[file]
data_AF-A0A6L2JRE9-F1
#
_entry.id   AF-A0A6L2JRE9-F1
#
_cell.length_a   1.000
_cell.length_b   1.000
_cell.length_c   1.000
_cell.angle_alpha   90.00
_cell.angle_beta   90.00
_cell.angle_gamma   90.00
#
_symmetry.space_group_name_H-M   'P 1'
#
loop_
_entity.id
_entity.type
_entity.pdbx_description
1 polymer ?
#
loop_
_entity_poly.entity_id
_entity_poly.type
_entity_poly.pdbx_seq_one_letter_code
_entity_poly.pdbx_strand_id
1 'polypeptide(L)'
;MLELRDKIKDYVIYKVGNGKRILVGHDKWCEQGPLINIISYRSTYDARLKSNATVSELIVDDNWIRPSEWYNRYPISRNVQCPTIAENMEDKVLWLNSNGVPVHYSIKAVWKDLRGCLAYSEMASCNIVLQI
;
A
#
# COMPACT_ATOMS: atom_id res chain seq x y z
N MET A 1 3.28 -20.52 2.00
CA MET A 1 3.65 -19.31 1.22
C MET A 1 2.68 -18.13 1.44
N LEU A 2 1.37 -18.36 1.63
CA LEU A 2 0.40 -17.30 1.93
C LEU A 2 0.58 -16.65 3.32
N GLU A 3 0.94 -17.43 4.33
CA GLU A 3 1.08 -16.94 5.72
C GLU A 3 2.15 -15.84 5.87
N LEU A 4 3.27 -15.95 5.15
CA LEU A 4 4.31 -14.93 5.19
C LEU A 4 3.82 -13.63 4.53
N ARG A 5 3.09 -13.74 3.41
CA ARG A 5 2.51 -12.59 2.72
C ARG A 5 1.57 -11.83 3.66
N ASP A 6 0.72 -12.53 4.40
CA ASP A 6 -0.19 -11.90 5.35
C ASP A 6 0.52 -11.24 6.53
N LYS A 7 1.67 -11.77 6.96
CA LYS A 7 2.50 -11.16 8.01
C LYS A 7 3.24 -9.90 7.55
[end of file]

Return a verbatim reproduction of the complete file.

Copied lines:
data_AF-A0A6L2JRE9-F1
#
_entry.id   AF-A0A6L2JRE9-F1
#
_cell.length_a   1.000
_cell.length_b   1.000
_cell.length_c   1.000
_cell.angle_alpha   90.00
_cell.angle_beta   90.00
_cell.angle_gamma   90.00
#
_symmetry.space_group_name_H-M   'P 1'
#
loop_
_entity.id
_entity.type
_entity.pdbx_description
1 polymer ?
#
loop_
_entity_poly.entity_id
_entity_poly.type
_entity_poly.pdbx_seq_one_letter_code
_entity_poly.pdbx_strand_id
1 'polypeptide(L)'
;MLELRDKIKDYVIYKVGNGKRILVGHDKWCEQGPLINIISYRSTYDARLKSNATVSELIVDDNWIRPSEWYNRYPISRNVQCPTIAENMEDKVLWLNSNGVPVHYSIKAVWKDLRGCLAYSEMASCNIVLQI
;
A
#
# COMPACT_ATOMS: atom_id res chain seq x y z
N MET A 1 3.28 -20.52 2.00
CA MET A 1 3.65 -19.31 1.22
C MET A 1 2.68 -18.13 1.44
N LEU A 2 1.37 -18.36 1.63
CA LEU A 2 0.40 -17.30 1.93
C LEU A 2 0.58 -16.65 3.32
N GLU A 3 0.94 -17.43 4.33
CA GLU A 3 1.08 -16.94 5.72
C GLU A 3 2.15 -15.84 5.87
N LEU A 4 3.27 -15.95 5.15
CA LEU A 4 4.31 -14.93 5.19
C LEU A 4 3.82 -13.63 4.53
N ARG A 5 3.09 -13.74 3.41
CA ARG A 5 2.51 -12.59 2.72
C ARG A 5 1.57 -11.83 3.66
N ASP A 6 0.72 -12.53 4.40
CA ASP A 6 -0.19 -11.90 5.35
C ASP A 6 0.52 -11.24 6.53
N LYS A 7 1.67 -11.77 6.96
CA LYS A 7 2.50 -11.16 8.01
C LYS A 7 3.24 -9.90 7.55